Do not try to pack too much into one day. The sensory stimulation can and often does lead to overload.  Despite your parental instincts to use your child’s favorite ride as a reward for good behavior throughout the day, it really makes the most sense to visit those rides in the park first. This allows the experience of riding multiple times with little to no wait, and also sets the tone and mood for a happy and successful day.
Have a plan, be flexible, ask for support, and most of all, enjoy your magical vacation at Walt Disney World!
I have not yet been, but bravo to Disney for stepping up with their accommodations! Because of their approach, this is one vacation we can actually put on our list with confidence!

Product Review: Calmer By Nature DVD

I first became aware of this amazing DVD through a LinkedIn connection with Barry Wheelock. We immediately connected and started talking about the product’s incredible (and surprising) benefits for Autism and Sensory Processing issues.

I invited Barry to speak during my Sensory Integration Teleseminar and received a copy of the 57-minute Calmer By Nature DVD to use at home. This film is pure and stunning nature footage – there are no people, no voiceovers, and no music.

The concept was created to simply relieve stress and anxiety; however it has turned into a powerful therapy supplement for people with Autism, Sensory issues, Dementia, Alzheimers, insomnia, and more. It is reliable, predictable, and safe, which are key elements for special needs patients. It even encourages communication and creates talking points for people that have difficulties with social skills and conversation. It’s also used by some of the top Occupational Therapists to aid with cognitive and behavioral therapy.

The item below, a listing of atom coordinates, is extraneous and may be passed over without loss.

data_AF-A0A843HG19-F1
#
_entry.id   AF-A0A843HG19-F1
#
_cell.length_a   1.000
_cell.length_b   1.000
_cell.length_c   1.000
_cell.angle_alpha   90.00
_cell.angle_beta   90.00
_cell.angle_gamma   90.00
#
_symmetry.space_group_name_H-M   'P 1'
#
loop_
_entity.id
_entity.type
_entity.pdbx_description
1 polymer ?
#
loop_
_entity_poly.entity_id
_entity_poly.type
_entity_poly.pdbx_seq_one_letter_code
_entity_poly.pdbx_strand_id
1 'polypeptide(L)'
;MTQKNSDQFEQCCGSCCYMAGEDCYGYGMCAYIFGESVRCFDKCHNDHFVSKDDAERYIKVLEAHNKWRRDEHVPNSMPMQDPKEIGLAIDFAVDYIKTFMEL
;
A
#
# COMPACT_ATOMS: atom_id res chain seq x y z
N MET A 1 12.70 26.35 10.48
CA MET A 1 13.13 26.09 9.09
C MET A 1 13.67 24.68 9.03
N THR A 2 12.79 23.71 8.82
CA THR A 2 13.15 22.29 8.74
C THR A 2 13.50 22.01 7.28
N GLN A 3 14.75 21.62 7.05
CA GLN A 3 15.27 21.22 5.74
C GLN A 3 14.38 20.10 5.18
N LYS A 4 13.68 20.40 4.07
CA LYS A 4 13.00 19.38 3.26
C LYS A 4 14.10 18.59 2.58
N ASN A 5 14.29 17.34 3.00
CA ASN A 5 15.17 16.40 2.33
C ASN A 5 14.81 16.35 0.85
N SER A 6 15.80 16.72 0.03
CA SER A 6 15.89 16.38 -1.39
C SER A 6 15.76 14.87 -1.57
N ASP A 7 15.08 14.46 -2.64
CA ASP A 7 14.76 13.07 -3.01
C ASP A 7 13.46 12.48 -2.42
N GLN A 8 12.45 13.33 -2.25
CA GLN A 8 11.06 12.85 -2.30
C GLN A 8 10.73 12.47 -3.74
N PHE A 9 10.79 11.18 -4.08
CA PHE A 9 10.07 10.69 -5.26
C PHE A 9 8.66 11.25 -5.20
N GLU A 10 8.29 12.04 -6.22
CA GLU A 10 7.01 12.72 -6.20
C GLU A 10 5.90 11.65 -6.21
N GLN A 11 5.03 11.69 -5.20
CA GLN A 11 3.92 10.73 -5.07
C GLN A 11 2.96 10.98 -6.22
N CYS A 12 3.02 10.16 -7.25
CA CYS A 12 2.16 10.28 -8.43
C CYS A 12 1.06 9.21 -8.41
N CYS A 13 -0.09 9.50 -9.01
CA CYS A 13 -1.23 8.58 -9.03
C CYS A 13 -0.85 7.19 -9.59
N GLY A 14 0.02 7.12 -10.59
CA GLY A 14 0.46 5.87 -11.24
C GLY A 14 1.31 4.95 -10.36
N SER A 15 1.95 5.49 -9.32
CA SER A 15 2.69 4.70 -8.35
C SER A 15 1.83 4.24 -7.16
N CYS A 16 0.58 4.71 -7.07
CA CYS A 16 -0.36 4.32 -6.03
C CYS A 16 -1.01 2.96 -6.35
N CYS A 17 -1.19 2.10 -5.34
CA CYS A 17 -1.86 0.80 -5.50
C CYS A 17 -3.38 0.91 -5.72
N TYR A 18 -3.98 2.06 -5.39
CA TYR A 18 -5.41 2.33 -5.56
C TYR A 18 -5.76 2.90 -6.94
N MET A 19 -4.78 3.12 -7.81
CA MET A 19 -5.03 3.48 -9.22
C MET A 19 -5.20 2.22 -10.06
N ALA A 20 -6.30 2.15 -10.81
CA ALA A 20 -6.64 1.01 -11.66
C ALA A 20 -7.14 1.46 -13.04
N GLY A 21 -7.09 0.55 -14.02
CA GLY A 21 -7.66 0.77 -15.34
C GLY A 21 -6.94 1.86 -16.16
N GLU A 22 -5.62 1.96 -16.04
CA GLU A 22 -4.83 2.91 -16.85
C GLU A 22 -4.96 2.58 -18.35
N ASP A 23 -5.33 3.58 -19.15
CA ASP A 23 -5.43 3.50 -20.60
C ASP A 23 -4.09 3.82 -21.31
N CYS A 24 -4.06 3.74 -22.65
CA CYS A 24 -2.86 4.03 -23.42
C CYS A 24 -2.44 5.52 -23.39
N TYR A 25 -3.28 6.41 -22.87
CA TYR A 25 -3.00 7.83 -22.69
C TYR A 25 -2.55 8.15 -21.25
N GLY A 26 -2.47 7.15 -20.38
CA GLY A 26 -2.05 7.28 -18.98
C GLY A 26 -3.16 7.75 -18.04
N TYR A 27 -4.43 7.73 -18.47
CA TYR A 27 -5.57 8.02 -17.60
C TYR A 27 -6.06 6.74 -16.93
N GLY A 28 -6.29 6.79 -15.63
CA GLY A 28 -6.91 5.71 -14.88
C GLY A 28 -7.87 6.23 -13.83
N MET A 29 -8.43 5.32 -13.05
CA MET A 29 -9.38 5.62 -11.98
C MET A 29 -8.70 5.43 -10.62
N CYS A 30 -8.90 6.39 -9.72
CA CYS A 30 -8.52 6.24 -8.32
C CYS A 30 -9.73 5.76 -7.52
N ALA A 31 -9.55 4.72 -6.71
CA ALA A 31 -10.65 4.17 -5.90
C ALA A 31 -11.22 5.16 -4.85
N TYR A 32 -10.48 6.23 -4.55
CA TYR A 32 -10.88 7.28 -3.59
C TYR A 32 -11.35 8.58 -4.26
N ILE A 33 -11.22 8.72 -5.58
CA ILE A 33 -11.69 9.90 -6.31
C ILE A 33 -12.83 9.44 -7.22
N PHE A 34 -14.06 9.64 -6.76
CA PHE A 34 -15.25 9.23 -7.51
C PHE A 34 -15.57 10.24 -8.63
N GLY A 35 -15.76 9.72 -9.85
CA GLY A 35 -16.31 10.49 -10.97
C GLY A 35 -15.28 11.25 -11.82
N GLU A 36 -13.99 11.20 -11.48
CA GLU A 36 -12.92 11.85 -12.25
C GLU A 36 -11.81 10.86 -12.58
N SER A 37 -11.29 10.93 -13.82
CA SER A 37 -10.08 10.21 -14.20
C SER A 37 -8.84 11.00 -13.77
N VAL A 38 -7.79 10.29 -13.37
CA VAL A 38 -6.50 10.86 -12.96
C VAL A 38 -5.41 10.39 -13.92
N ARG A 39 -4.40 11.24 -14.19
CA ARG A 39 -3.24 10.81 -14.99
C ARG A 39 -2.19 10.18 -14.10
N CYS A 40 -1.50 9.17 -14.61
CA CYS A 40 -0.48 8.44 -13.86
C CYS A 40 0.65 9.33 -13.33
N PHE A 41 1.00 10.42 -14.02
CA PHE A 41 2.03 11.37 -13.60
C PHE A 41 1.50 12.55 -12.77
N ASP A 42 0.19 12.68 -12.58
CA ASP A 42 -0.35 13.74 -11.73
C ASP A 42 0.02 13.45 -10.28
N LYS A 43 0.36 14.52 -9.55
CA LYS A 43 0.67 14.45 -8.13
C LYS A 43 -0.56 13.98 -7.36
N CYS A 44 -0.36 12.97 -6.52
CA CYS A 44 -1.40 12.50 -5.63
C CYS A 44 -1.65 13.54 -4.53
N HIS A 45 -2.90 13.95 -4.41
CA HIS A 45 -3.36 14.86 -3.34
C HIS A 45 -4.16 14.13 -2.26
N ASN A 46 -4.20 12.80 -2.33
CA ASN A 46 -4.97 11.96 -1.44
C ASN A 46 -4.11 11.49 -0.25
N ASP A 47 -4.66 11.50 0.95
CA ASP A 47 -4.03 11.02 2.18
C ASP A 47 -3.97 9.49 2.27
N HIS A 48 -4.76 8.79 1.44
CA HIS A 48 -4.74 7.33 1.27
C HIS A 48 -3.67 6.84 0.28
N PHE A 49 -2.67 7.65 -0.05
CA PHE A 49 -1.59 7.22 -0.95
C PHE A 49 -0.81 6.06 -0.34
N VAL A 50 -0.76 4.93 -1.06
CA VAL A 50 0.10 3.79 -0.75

I was hoping for mild results at bedtime with my son, who can at times be-bop around like a whirling dervish until all hours of the night despite our best rituals. If the DVD helped that issue alone, it was worth the price!

What I experienced from the product far surpassed my expectations! Yes, it works at bed time just as I had hoped. It also:

  • Calms him before an outing he may be feeling anxious over
  • Redirects him during times of high stimulation
  • Provides him with short, 10-minute “cool down” times when he needs a sensory break
  • Gives him ideas for drawing and video creation projects
  • Starts conversations about the wildlife we see on the film

Surprisingly, my daughter also became an instant fan. She told me that it enhanced her creativity when drawing or writing new stories and helps her overcome her blocks. It’s definitely a nice change from the blaring TV shows that are sometimes over-prevalent in our home :)

For me, I typically have trouble shutting my mind off when I am amidst a task list that is pages long. The overwhelm can feel… well, overwhelming! The film brings me back into the now and offers a reprieve from my mental gymnastics.